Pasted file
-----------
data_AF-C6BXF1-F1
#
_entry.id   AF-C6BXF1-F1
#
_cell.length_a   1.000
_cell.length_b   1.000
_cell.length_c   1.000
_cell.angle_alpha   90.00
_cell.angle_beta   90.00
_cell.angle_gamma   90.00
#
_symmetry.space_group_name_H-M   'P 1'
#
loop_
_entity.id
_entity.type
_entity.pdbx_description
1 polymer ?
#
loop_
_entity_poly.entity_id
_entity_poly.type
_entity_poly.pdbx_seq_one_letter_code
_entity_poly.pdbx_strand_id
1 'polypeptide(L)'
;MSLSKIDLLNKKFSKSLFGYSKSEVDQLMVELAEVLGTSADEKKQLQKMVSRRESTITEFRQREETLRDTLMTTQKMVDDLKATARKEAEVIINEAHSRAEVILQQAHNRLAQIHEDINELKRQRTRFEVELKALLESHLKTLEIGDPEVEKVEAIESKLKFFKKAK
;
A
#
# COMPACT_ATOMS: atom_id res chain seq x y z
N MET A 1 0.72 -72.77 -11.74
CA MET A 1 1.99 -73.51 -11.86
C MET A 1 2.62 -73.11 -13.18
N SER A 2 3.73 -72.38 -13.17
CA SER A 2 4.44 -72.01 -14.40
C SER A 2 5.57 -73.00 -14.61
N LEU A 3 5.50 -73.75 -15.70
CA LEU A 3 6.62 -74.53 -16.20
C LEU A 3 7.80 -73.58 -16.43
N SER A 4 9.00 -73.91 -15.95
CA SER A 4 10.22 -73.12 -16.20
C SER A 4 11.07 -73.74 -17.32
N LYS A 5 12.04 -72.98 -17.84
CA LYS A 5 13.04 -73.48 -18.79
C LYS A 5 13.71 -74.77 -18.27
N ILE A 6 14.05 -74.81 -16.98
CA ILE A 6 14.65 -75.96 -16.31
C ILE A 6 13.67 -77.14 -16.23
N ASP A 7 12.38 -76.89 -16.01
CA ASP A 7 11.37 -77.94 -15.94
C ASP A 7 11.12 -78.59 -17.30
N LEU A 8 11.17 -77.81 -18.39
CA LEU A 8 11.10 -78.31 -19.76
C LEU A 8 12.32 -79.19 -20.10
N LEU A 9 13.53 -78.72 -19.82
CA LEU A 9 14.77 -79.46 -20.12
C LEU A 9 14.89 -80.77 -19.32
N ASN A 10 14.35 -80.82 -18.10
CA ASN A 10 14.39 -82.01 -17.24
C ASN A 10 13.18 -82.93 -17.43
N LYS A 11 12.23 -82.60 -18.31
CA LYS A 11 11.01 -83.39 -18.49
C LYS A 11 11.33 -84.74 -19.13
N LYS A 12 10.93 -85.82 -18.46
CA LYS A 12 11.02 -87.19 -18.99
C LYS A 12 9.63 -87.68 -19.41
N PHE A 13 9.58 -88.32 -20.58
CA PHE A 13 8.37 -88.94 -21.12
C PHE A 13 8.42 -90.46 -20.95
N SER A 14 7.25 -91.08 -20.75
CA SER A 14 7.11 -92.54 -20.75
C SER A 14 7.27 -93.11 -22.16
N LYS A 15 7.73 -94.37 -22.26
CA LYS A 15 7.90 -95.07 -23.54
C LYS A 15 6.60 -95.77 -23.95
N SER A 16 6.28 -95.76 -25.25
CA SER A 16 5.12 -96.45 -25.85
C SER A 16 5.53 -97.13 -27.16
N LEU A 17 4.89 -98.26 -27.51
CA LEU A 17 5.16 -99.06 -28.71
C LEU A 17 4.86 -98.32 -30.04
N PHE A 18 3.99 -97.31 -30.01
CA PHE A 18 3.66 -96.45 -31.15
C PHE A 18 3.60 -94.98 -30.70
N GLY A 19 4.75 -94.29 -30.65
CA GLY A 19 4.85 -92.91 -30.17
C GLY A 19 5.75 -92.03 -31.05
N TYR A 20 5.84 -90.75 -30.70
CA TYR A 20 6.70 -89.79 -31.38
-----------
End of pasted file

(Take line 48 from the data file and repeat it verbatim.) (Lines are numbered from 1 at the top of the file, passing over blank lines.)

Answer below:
C ILE A 6 13.67 -77.14 -16.23